Prostate Cancer: What Men Need to Know

Everything you need to know about prostate cancer

(RxWiki News) It's the most common cancer among men. Do you know as much as you should about prostate cancer?

If not, there's no reason to stress. Just keep reading to learn everything you need to know.

What Is the Prostate?

Prostate cancer is cancer that begins in the prostate. The prostate is a walnut-shaped gland that aids in men's fertility.

Symptoms of Prostate Cancer

Sometimes, prostate cancer is so slow-developing that it shows few symptoms, if any. In other cases, however, the cancer is faster moving or more developed.

In any case, these are the symptoms of prostate cancer to watch out for:

  • Erectile dysfunction
  • Trouble urinating
  • Less force in the urine stream during urination
  • Blood in the urine
  • Unexplained weight loss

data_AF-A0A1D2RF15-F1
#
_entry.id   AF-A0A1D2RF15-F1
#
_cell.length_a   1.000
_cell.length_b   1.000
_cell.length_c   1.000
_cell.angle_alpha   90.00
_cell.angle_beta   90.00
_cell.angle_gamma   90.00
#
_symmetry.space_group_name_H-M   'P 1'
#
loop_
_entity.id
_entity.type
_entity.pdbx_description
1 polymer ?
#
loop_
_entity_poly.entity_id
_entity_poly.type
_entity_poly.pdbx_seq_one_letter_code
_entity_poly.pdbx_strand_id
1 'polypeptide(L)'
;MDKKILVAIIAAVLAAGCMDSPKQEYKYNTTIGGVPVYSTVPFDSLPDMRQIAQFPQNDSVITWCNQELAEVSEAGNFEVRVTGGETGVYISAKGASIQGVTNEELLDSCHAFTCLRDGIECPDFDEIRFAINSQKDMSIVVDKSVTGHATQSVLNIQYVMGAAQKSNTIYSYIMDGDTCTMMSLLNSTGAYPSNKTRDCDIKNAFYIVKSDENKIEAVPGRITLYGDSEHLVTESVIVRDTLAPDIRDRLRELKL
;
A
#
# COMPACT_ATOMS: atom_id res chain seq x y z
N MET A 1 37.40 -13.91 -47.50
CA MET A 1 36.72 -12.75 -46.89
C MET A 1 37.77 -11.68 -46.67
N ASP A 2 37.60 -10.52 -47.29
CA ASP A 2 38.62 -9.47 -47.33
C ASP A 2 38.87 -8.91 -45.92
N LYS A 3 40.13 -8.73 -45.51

• Bone pain
  • Blood in the semen

If you are experiencing any of these symptoms, it's important that you seek immediate medical attention. However, keep in mind that these symptoms do not necessarily confirm prostate cancer.

Treatments for Prostate Cancer

The good news for those diagnosed with prostate cancer is that there are several treatments. Depending on your unique case and your discussions with your medical care team, you may undergo any of the following prostate cancer treatments:

  • Chemotherapy
  • Surgery
  • Radiation therapy
  • Immunotherapy
  • Hormone therapy

Causes of Prostate Cancer

There is no confirmed cause of prostate cancer. However, certain factors appear to be linked to a higher risk of developing prostate cancer. These factors include the following:

  • Obesity
  • Older age
  • Family history of prostate cancer

Prostate Cancer Screening

Catching prostate cancer early is one of the best ways to prevent severe disease. How do you catch it early? Through screening.

Your health care provider will help you determine when and how often to get prostate cancer screening. Typically, you will undergo a prostate-specific antigen (PSA) blood test, a digital rectal exam or both to screen for prostate cancer.

If you are concerned about your risk for prostate cancer, reach out to your health care provider.